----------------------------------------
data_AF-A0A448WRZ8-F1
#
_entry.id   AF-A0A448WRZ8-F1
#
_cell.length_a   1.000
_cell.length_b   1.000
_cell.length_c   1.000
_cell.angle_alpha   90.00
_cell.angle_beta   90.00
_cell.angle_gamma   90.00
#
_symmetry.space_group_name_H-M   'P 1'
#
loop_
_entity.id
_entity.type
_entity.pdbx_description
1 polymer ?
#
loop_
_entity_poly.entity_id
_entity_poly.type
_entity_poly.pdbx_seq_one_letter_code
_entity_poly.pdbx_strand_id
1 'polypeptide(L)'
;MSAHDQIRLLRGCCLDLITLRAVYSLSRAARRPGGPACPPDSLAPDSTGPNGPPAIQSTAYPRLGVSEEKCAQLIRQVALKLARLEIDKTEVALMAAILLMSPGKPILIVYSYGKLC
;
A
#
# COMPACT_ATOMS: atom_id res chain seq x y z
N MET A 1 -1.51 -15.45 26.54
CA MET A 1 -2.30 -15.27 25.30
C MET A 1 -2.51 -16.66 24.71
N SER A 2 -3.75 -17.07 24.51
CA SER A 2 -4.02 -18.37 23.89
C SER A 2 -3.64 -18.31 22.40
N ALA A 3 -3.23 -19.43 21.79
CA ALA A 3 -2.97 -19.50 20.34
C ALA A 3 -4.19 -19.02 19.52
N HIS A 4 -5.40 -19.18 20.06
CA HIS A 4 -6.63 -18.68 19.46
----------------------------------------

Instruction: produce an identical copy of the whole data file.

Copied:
data_AF-A0A448WRZ8-F1
#
_entry.id   AF-A0A448WRZ8-F1
#
_cell.length_a   1.000
_cell.length_b   1.000
_cell.length_c   1.000
_cell.angle_alpha   90.00
_cell.angle_beta   90.00
_cell.angle_gamma   90.00
#
_symmetry.space_group_name_H-M   'P 1'
#
loop_
_entity.id
_entity.type
_entity.pdbx_description
1 polymer ?
#
loop_
_entity_poly.entity_id
_entity_poly.type
_entity_poly.pdbx_seq_one_letter_code
_entity_poly.pdbx_strand_id
1 'polypeptide(L)'
;MSAHDQIRLLRGCCLDLITLRAVYSLSRAARRPGGPACPPDSLAPDSTGPNGPPAIQSTAYPRLGVSEEKCAQLIRQVALKLARLEIDKTEVALMAAILLMSPGKPILIVYSYGKLC
;
A
#
# COMPACT_ATOMS: atom_id res chain seq x y z
N MET A 1 -1.51 -15.45 26.54
CA MET A 1 -2.30 -15.27 25.30
C MET A 1 -2.51 -16.66 24.71
N SER A 2 -3.75 -17.07 24.51
CA SER A 2 -4.02 -18.37 23.89
C SER A 2 -3.64 -18.31 22.40
N ALA A 3 -3.23 -19.43 21.79
CA ALA A 3 -2.97 -19.50 20.34
C ALA A 3 -4.19 -19.02 19.52
N HIS A 4 -5.40 -19.18 20.06
CA HIS A 4 -6.63 -18.68 19.46